• Orexin antagonists – A brand new type of sleeping pill currently in development. Again, promising fewer side effects.

  • Depression medication – Prescribed if doctors think depression could be a cause of insomnia, or if you’re particularly at risk from the side effects of traditional sleeping pills.

There’s a whole range of different types of medication that fall into these three categories. For a full list see sleeping pill names.

Melatonin

Melatonin is a hormone naturally produced by your body. It’s known as the hormone of darkness because it’s only secreted when you’re in darkness. It’s used by the body to entrain your sleep wake cycle’s circadian rhythm to the day night cycle so that you’re awake during the day and asleep at night.

Synthetic versions of melatonin can be found in various pills marketed as sleeping medication. They require a doctor’s prescription in the UK and many other countries. In the US you can buy it over the counter, where it’s dubiously classed as a food supplement rather than a form of medication (it’s found in tiny quantities in certain foods). It’s a cost saving loophole for the drugs companies. They don’t need to test the drug to make sure it’s suitable for its intended use.

Melatonin is used by doctors (often alongside light therapy) to treat circadian rhythm disorders such as jet lag, delayed sleep phase syndrome and advanced sleep phase syndrome.

Over the counter sleeping pills

Over the counter sleeping pills includes brands such as Nytol. Their main ingredient is a antihistamine which has the side effect of making you feel sleep.

These types of sleeping pills generate millions every year for the drug companies. They’re popular with consumers who see them as a quick fix that they can conveniently pick up at their leisure from the local pharmacist.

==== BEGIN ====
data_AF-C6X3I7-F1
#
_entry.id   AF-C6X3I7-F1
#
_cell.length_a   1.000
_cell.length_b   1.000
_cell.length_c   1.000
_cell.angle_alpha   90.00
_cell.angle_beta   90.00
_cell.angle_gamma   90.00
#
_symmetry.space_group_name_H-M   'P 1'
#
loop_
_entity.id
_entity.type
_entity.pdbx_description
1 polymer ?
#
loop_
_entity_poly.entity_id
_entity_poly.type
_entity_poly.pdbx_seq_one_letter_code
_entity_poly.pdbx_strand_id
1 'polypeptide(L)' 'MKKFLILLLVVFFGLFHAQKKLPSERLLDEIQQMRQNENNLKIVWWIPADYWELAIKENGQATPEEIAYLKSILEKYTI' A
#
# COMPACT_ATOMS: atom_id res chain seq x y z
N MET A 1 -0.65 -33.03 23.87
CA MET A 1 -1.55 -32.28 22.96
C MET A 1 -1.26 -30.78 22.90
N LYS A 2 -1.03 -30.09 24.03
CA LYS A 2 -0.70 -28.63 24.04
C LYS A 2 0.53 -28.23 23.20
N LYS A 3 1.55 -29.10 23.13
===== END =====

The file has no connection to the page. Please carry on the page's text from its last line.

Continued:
However whist the antihistamine does make you feel a little drowsy, it’s not very effective at actually sending you to sleep. There’s very little evidence that they work any better than a sugar pill.

Side effects can include daytime sleepiness, anxiety, and reduced sleep quality.

Natural sleeping pills

Also known as herbal sleeping pills. There are a number of different herbs that promote sleep. You can buy pills that contain just one single herb or contain a mix of different herbs.

They have a sedating effect on the body. There’s been little research done on herbal sleep aids but they do seem to have a positive, albeit rather limited effect that can help send you to sleep.

The big advantage of herbal sleep aids is that because they’re 100% natural they avoid the unwanted side effects. Herbs such as lavender and jasmine have been shown to increase sleep quality, as opposed to traditional sleeping pills that reduce sleep quality.

The Best Sleeping Pills

If you need to take a sleeping pill:

  • Only do so as a last resort
  • Use the lowest dosage possible
  • Take for the shortest amount of time possible
  • Choose one that wears off quickly during the night

Only use them when required such as one night in three. Treat sleeping pills as a short term solution. They’re like a bandage. Bandages won’t heal the wound but they can be useful in the short term while the wound heals itself or receives the appropriate treatment.

Alternatives to Sleeping Pills

There are many alternatives to sleeping pills that have been shown by research to be just as effective or even better at helping you sleep.

  • Light therapy – Shifts your sleep pattern either backwards so that you fall asleep earlier or forwards so you sleep later. Uses a light box at certain times of the day to produce the shift.
  • Cognitive behavioral therapy – A series of tips and techniques used to discover and treat the main cause of your insomnia. Available from your doctor or from various books.
  • Natural sleep aids – A list that includes hypnosis, aromatherapy and binaural beats. Useful in helping you relax, but often not enough on their own to cure chronic insomnia.